Supreme Court Justice Samuel Alito has ordered county elections officials in Pennsylvania to keep separate mail-in ballots that arrived after Election Day. The state’s top elections official already had ordered those ballots be kept apart.
The order came Friday night in response to a plea from the state Republican Party as Democrat Joe Biden inched ahead of President Donald Trump in Pennsylvania in the presidential race.
Alito, acting on his own, said he was motivated in part by the Republicans’ assertion that they can’t be sure elections officials are complying with guidance issued by Pennsylvania Secretary of State Kathy Boockvar, a Democrat.
The justice handles emergency appeals from Pennsylvania. He ordered a response from the state by Saturday afternoon and said he has referred the matter to the full court for further action.
The order is related to an ongoing Republican appeal to the Supreme Court to try to keep ballots received in the mail after Election Day from being counted. The state’s top court granted a three-day extension, and the Supreme Court refused to block it.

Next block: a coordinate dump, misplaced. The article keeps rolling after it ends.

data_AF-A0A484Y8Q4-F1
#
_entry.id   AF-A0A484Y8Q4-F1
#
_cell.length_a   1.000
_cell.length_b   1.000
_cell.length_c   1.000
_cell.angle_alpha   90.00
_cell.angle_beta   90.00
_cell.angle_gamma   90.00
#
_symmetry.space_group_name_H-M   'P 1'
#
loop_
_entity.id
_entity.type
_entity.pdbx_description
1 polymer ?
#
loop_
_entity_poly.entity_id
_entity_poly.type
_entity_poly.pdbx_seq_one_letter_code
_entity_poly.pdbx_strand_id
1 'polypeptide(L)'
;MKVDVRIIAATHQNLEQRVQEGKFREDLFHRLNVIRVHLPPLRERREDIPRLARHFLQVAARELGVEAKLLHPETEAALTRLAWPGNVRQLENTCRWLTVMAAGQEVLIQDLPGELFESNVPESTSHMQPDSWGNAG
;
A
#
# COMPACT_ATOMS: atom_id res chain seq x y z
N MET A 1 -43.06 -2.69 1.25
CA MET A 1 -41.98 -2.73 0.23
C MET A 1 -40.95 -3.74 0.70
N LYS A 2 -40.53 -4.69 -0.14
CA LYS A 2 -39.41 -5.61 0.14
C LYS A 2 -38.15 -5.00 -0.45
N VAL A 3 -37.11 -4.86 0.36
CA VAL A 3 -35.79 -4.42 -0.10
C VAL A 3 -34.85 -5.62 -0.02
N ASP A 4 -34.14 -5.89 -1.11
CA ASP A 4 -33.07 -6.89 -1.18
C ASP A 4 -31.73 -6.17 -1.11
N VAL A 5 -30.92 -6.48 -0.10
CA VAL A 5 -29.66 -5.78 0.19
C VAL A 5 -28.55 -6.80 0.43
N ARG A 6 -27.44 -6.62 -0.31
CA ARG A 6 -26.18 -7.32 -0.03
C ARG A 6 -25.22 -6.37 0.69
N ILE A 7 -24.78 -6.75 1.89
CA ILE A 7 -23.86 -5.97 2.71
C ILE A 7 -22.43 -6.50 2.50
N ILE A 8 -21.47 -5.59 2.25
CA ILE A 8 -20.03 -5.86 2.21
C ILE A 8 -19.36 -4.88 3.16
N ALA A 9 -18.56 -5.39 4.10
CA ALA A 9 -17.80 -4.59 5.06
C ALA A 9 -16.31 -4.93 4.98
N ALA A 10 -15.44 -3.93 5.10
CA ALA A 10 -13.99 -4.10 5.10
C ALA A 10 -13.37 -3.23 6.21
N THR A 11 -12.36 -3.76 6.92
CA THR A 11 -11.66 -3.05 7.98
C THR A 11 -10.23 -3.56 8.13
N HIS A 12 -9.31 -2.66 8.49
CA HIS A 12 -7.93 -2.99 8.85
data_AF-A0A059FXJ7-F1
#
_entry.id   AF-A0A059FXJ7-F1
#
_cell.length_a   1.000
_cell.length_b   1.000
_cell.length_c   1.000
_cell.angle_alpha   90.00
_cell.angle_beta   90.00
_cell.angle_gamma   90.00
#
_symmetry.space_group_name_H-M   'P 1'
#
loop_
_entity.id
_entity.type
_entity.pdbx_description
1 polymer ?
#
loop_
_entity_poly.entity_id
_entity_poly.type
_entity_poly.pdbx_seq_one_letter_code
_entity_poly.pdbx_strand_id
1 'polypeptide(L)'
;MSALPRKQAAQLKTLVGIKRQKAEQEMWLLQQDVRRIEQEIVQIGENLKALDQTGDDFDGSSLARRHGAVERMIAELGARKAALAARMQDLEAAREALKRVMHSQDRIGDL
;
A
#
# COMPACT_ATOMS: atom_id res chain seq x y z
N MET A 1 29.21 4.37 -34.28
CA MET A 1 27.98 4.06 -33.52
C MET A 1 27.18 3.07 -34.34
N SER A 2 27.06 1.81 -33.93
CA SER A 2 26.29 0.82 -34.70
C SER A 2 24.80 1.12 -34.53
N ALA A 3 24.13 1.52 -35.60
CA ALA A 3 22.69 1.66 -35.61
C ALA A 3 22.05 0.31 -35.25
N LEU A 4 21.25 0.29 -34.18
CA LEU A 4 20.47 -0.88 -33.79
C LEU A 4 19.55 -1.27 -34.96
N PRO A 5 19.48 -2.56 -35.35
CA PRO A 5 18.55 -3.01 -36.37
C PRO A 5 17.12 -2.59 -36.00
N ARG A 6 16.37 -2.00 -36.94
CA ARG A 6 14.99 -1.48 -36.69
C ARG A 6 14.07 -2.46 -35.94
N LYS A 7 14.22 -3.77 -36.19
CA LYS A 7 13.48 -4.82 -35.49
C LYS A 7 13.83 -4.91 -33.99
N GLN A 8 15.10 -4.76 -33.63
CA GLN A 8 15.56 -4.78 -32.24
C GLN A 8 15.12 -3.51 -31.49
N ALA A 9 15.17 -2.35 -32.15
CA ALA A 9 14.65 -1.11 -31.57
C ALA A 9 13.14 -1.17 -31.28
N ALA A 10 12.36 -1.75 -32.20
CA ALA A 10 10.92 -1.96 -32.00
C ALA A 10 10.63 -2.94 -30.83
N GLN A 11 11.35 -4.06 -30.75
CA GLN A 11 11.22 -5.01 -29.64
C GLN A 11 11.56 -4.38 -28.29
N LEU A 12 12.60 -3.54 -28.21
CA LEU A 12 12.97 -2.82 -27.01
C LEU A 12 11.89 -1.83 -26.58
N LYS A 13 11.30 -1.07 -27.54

Biden’s lead over Trump is growing in battleground Pennsylvania.
By Friday evening, the Democrat held a lead of over 19,500 votes out of more than 6.5 million ballots cast. That’s an edge of about 0.29%. State law dictates that a recount must be held if the margin between the two candidates is less than 0.5%.
The Associated Press has not declared a winner in the state.
The Pennsylvania secretary of state’s website said Friday that there were 102,541 more mail ballots that needed to be counted, including many from Allegheny County, a Democratic area that is home to Pittsburgh, and the Democratic stronghold of Philadelphia County.
Additionally, there are potentially tens of thousands of provisional ballots that remain to be tabulated, though an exact number remained unclear. Those ballots will be counted after officials verify their eligibility to be included.
Pennsylvania is among a handful of battleground states that Trump and Biden are narrowly contesting as they seek the 270 electoral votes needed to win the presidency.